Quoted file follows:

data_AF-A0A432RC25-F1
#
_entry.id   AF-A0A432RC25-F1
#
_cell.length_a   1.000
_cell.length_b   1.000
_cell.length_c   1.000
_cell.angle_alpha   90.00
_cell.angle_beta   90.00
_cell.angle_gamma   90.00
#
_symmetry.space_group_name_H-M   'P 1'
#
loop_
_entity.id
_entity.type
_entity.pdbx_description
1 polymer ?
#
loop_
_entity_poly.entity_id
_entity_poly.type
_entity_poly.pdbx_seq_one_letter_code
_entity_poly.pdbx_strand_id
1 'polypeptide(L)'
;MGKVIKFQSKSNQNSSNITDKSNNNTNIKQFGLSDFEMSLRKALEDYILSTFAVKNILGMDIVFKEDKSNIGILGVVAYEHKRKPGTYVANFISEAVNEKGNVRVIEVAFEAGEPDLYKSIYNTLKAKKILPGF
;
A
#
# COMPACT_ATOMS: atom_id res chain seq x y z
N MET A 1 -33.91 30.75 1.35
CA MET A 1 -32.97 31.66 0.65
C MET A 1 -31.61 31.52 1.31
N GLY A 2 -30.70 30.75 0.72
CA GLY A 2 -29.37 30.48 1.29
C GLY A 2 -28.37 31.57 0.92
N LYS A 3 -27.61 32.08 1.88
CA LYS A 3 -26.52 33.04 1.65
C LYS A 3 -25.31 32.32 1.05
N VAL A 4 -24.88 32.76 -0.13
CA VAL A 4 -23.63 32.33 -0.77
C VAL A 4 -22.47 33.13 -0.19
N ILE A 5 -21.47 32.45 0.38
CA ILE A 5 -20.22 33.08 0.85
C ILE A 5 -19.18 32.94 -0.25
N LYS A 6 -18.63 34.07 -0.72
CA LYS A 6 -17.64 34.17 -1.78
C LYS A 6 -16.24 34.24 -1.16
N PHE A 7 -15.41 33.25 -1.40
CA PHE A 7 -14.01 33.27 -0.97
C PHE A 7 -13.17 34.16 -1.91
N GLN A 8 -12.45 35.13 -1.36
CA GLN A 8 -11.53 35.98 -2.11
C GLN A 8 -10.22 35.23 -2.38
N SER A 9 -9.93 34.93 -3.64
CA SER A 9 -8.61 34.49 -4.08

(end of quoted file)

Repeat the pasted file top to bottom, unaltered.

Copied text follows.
data_AF-A0A432RC25-F1
#
_entry.id   AF-A0A432RC25-F1
#
_cell.length_a   1.000
_cell.length_b   1.000
_cell.length_c   1.000
_cell.angle_alpha   90.00
_cell.angle_beta   90.00
_cell.angle_gamma   90.00
#
_symmetry.space_group_name_H-M   'P 1'
#
loop_
_entity.id
_entity.type
_entity.pdbx_description
1 polymer ?
#
loop_
_entity_poly.entity_id
_entity_poly.type
_entity_poly.pdbx_seq_one_letter_code
_entity_poly.pdbx_strand_id
1 'polypeptide(L)'
;MGKVIKFQSKSNQNSSNITDKSNNNTNIKQFGLSDFEMSLRKALEDYILSTFAVKNILGMDIVFKEDKSNIGILGVVAYEHKRKPGTYVANFISEAVNEKGNVRVIEVAFEAGEPDLYKSIYNTLKAKKILPGF
;
A
#
# COMPACT_ATOMS: atom_id res chain seq x y z
N MET A 1 -33.91 30.75 1.35
CA MET A 1 -32.97 31.66 0.65
C MET A 1 -31.61 31.52 1.31
N GLY A 2 -30.70 30.75 0.72
CA GLY A 2 -29.37 30.48 1.29
C GLY A 2 -28.37 31.57 0.92
N LYS A 3 -27.61 32.08 1.88
CA LYS A 3 -26.52 33.04 1.65
C LYS A 3 -25.31 32.32 1.05
N VAL A 4 -24.88 32.76 -0.13
CA VAL A 4 -23.63 32.33 -0.77
C VAL A 4 -22.47 33.13 -0.19
N ILE A 5 -21.47 32.45 0.38
CA ILE A 5 -20.22 33.08 0.85
C ILE A 5 -19.18 32.94 -0.25
N LYS A 6 -18.63 34.07 -0.72
CA LYS A 6 -17.64 34.17 -1.78
C LYS A 6 -16.24 34.24 -1.16
N PHE A 7 -15.41 33.25 -1.40
CA PHE A 7 -14.01 33.27 -0.97
C PHE A 7 -13.17 34.16 -1.91
N GLN A 8 -12.45 35.13 -1.36
CA GLN A 8 -11.53 35.98 -2.11
C GLN A 8 -10.22 35.23 -2.38
N SER A 9 -9.93 34.93 -3.64
CA SER A 9 -8.61 34.49 -4.08